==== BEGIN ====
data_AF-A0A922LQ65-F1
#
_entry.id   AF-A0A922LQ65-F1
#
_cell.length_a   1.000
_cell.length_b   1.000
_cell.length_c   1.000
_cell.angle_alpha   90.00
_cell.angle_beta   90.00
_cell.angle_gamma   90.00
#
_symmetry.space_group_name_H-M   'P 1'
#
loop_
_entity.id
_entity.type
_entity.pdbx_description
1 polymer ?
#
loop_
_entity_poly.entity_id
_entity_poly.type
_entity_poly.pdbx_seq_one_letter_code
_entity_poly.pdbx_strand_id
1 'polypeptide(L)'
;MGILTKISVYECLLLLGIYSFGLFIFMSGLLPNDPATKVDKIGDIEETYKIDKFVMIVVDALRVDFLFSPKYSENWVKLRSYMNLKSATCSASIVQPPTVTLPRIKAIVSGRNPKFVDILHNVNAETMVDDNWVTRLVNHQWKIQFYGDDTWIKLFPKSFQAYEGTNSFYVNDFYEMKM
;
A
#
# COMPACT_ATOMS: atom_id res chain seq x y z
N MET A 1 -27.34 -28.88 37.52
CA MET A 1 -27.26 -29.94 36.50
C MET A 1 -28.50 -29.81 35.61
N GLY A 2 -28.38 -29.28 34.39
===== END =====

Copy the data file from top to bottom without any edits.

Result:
data_AF-A0A922LQ65-F1
#
_entry.id   AF-A0A922LQ65-F1
#
_cell.length_a   1.000
_cell.length_b   1.000
_cell.length_c   1.000
_cell.angle_alpha   90.00
_cell.angle_beta   90.00
_cell.angle_gamma   90.00
#
_symmetry.space_group_name_H-M   'P 1'
#
loop_
_entity.id
_entity.type
_entity.pdbx_description
1 polymer ?
#
loop_
_entity_poly.entity_id
_entity_poly.type
_entity_poly.pdbx_seq_one_letter_code
_entity_poly.pdbx_strand_id
1 'polypeptide(L)'
;MGILTKISVYECLLLLGIYSFGLFIFMSGLLPNDPATKVDKIGDIEETYKIDKFVMIVVDALRVDFLFSPKYSENWVKLRSYMNLKSATCSASIVQPPTVTLPRIKAIVSGRNPKFVDILHNVNAETMVDDNWVTRLVNHQWKIQFYGDDTWIKLFPKSFQAYEGTNSFYVNDFYEMKM
;
A
#
# COMPACT_ATOMS: atom_id res chain seq x y z
N MET A 1 -27.34 -28.88 37.52
CA MET A 1 -27.26 -29.94 36.50
C MET A 1 -28.50 -29.81 35.61
N GLY A 2 -28.38 -29.28 34.39